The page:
Canada’s new offshore oil and gas regulations too weak to ensure safety and environmental protection

Offshore oil and gas activities in Atlantic Canada are a genuine threat to the ocean ecosystem and exacerbate climate change.

A ship sails near an oil and gas platform in the Hibernia oil field in the Atlantic Ocean off Newfoundland, Canada, © Francis Wiese / WWF-Canada

If a major spill or a well blowout (an uncontrolled release of crude oil after a pressure release system fails) was to occur in the Atlantic Ocean — where extreme weather and deep-water drilling are commonplace — it would seriously imperil the surrounding marine environment, potentially destroying habitat for whales, fish, sea birds, and many other animals.

The consequences for coastal communities, some of whom depend on healthy, clean waters for their livelihoods, could be devastating.

The elevated risk of operating hundreds of kilometers offshore in an extreme environment makes it incumbent upon the government to ensure the world’s highest standard of oil and gas for safety and environmental protection are in place.

The federal government recently proposed updated regulations for oil and gas operations in the offshore areas surrounding Nova Scotia and Newfoundland and Labrador. Unfortunately, these regulations fall far short in ensuring safety and environmental protection.

In fact, the new rules do not even require the use of the best available and safest technologies on offshore installations and spill response equipment.

The new proposed regulations are notable for their inadequate provisions and for the critical issues they omit — most glaringly, climate change, drilling in ecologically or culturally sensitive areas, and Indigenous rights.

There are no requirements to ensure that a major oil spill could be contained within a specified timeframe.

In Alaska, spill containment equipment such as oil well capping stacks must be onsite within 24 hours of an accident.

And after the 2010 Deepwater Horizon blowout, the use of safety equipment (such as double shear rams) is now required in the Gulf of Mexico to provide backup in the event of equipment failure.

No such requirements exist in Canada’s proposed regulations.

The regulations also inexplicably do not prevent oil companies from drilling in ecologically sensitive marine ecosystems or in culturally important or high-risk areas. The North Atlantic has sensitive and unique ecosystems that are vulnerable to disturbance and many communities depend on a healthy marine environment for their subsistence, as well as their social, spiritual and cultural well-being. These areas should be off-limits to drilling.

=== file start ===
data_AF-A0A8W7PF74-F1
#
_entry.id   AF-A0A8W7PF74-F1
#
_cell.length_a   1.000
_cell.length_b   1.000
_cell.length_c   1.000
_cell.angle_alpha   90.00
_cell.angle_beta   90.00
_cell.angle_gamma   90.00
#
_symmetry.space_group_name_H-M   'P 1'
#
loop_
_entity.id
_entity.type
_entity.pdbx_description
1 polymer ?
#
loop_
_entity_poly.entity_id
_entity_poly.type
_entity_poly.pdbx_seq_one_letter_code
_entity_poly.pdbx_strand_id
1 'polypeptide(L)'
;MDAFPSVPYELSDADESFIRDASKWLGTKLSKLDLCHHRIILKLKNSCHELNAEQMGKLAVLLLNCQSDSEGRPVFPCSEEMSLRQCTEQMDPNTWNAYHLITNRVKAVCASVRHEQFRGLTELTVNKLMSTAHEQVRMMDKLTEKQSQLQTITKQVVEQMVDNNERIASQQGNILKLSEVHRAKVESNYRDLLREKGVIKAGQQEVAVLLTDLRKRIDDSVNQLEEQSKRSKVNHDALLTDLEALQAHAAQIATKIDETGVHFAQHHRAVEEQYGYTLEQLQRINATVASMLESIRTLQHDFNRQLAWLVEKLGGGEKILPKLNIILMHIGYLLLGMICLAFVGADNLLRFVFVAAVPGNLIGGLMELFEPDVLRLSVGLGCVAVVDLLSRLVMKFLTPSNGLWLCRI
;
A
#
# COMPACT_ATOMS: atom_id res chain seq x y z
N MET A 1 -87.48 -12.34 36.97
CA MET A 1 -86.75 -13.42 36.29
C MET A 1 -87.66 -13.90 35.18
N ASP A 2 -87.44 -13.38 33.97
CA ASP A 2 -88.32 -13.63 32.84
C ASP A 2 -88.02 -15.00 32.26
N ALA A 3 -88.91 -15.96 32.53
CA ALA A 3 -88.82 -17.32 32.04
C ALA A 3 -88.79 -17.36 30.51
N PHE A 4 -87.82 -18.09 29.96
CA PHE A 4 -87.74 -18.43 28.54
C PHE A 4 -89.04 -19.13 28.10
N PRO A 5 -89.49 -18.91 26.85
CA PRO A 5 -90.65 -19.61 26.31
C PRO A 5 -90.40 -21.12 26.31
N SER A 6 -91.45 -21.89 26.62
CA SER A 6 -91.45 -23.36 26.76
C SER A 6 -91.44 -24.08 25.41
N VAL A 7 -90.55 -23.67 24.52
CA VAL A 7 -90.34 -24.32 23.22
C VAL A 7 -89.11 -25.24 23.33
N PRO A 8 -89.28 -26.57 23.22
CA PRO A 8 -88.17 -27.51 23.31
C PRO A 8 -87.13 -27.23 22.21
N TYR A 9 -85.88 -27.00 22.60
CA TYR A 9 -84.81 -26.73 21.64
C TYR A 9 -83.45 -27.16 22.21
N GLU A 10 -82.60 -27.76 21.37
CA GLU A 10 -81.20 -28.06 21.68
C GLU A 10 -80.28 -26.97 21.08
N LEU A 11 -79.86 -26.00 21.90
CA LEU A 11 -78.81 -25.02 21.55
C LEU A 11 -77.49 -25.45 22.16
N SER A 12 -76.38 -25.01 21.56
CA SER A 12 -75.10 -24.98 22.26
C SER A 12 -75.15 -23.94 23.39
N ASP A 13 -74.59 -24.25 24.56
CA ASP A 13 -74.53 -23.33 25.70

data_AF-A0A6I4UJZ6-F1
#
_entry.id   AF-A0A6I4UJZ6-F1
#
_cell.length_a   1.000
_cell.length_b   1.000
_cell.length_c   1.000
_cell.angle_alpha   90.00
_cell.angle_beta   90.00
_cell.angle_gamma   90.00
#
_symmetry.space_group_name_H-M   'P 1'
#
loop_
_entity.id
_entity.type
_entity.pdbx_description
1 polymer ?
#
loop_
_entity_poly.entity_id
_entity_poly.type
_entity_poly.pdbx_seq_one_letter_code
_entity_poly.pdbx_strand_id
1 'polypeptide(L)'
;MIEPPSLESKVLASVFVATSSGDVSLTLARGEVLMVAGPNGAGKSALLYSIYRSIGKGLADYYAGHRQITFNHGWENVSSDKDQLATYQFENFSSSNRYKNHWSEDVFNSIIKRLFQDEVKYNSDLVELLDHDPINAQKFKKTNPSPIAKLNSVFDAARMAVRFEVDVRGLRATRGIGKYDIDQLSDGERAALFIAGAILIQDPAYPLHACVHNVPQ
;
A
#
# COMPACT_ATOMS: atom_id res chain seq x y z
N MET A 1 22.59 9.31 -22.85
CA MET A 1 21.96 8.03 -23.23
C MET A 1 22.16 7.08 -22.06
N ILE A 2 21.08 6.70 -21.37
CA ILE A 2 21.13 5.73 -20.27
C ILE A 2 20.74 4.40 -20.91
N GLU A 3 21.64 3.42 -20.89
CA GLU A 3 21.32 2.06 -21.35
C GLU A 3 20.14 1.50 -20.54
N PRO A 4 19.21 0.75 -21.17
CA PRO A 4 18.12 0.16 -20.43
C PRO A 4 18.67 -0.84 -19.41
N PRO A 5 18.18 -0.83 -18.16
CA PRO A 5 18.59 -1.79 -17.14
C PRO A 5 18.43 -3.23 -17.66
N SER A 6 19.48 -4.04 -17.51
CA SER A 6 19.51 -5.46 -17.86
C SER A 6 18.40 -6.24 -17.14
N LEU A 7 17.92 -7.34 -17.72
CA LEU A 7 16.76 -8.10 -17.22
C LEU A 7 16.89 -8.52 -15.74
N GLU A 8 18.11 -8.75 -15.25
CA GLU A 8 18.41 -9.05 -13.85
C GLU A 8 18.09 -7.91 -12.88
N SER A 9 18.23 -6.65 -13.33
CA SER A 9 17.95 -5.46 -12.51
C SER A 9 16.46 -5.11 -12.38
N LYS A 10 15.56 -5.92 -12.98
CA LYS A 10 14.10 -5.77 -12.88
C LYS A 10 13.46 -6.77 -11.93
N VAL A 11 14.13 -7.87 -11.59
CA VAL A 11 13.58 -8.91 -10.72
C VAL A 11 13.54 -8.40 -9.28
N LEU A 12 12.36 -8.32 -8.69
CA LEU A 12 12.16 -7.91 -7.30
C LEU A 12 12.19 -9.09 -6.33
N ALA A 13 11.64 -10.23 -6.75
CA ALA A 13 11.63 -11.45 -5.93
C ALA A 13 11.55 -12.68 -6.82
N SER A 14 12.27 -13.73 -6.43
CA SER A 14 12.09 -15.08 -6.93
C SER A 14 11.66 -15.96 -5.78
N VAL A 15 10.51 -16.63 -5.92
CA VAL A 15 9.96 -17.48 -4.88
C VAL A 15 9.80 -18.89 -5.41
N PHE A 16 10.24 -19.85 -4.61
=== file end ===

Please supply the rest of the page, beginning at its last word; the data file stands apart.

If a major accident does occur in the offshore, Canadians could be on the hook for billions of dollars in clean-up costs. Current regulations cap operator liability at $1 billion, whereas the Deepwater Horizon spill reportedly cost $62 billion in damages, and some studies have estimated the actual cost at $145 billion.

Deepwater Horizon offshore oil rig on fire in the Gulf of Mexico
A Coast Guard MH-65C dolphin rescue helicopter and crew document the fire aboard the mobile offshore drilling unit Deepwater Horizon, while searching for survivors in the Gulf of Mexico on 21 April 2010. © United States Coast Guard


In Canada, liability is unlimited only if the operator is proven to be at fault. But if a serious accident were to take place as the result of a chance occurrence — such as a severe storm or iceberg collision, both made more likely by climate change — it’s not clear who would be responsible for the damages. The UK, Russia and Greenland have unlimited liability for offshore oil and gas operators, meaning the operator is liable for pollution damage regardless of the reason.

Given the risks of a major offshore spill in the Atlantic, there can be no justification for companies to use cost as an excuse for not taking every necessary measure to reduce risk when effective and immediate oil spill response is in doubt. Norway’s citizens are informed about risk levels and individual company practices through a government web site, so why aren’t we?

There are also no requirements in the new regulations to ensure that decisions about offshore oil and gas activities are consistent with Canadian carbon reduction commitments and Indigenous rights and agreements.

North Atlantic right whale with calf. © Provincetown center for coastal studies

The regulator will not be obligated to recommend the rejection of a project that has an inadequate strategy to minimize or eliminate greenhouse gas emissions.

Meanwhile in Greenland, the government must consider any negative impact on the climate when it decides on the granting of an offshore license. This has led to the country’s recent decision to ban all future offshore oil exploration on environmental grounds.

Finally, the Atlantic offshore petroleum Boards will continue to be in charge of both ensuring the “maximum recovery of petroleum” and regulating the industry for safety and environmental protection.

Investigations into previous offshore accidents have highlighted the critical importance of separating responsibilities for production and safety under different agencies.

Canada is far behind other countries in ensuring that offshore oil and gas activities can be carried out safely with the lowest possible risk to local communities and the marine environment. We must do better.

Public comments on the newly proposed regulations can be submitted to the government here on or before Monday, July 18, 2022.